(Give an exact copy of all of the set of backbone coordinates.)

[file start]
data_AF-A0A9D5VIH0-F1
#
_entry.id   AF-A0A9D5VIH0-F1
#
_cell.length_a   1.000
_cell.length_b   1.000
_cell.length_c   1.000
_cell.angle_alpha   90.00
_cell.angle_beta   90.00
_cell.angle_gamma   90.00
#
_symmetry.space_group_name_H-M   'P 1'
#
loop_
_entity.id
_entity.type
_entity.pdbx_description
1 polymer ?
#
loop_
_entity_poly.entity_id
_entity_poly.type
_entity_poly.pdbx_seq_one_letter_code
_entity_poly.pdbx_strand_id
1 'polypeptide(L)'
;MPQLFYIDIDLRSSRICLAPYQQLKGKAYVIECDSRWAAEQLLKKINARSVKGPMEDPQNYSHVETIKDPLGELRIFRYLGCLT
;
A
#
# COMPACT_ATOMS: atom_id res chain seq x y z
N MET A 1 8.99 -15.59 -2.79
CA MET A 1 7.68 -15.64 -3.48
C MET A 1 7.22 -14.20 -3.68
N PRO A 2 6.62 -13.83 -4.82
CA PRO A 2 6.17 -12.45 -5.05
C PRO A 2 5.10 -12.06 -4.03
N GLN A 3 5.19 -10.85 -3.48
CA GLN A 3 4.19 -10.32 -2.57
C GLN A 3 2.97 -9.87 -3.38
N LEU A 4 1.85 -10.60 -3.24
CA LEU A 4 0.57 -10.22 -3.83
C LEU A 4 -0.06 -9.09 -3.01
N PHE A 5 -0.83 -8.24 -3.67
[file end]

data_AF-A0A9D5VIH0-F1
#
_entry.id   AF-A0A9D5VIH0-F1
#
_cell.length_a   1.000
_cell.length_b   1.000
_cell.length_c   1.000
_cell.angle_alpha   90.00
_cell.angle_beta   90.00
_cell.angle_gamma   90.00
#
_symmetry.space_group_name_H-M   'P 1'
#
loop_
_entity.id
_entity.type
_entity.pdbx_description
1 polymer ?
#
loop_
_entity_poly.entity_id
_entity_poly.type
_entity_poly.pdbx_seq_one_letter_code
_entity_poly.pdbx_strand_id
1 'polypeptide(L)'
;MPQLFYIDIDLRSSRICLAPYQQLKGKAYVIECDSRWAAEQLLKKINARSVKGPMEDPQNYSHVETIKDPLGELRIFRYLGCLT
;
A
#
# COMPACT_ATOMS: atom_id res chain seq x y z
N MET A 1 8.99 -15.59 -2.79
CA MET A 1 7.68 -15.64 -3.48
C MET A 1 7.22 -14.20 -3.68
N PRO A 2 6.62 -13.83 -4.82
CA PRO A 2 6.17 -12.45 -5.05
C PRO A 2 5.10 -12.06 -4.03
N GLN A 3 5.19 -10.85 -3.48
CA GLN A 3 4.19 -10.32 -2.57
C GLN A 3 2.97 -9.87 -3.38
N LEU A 4 1.85 -10.60 -3.24
CA LEU A 4 0.57 -10.22 -3.83
C LEU A 4 -0.06 -9.09 -3.01
N PHE A 5 -0.83 -8.24 -3.67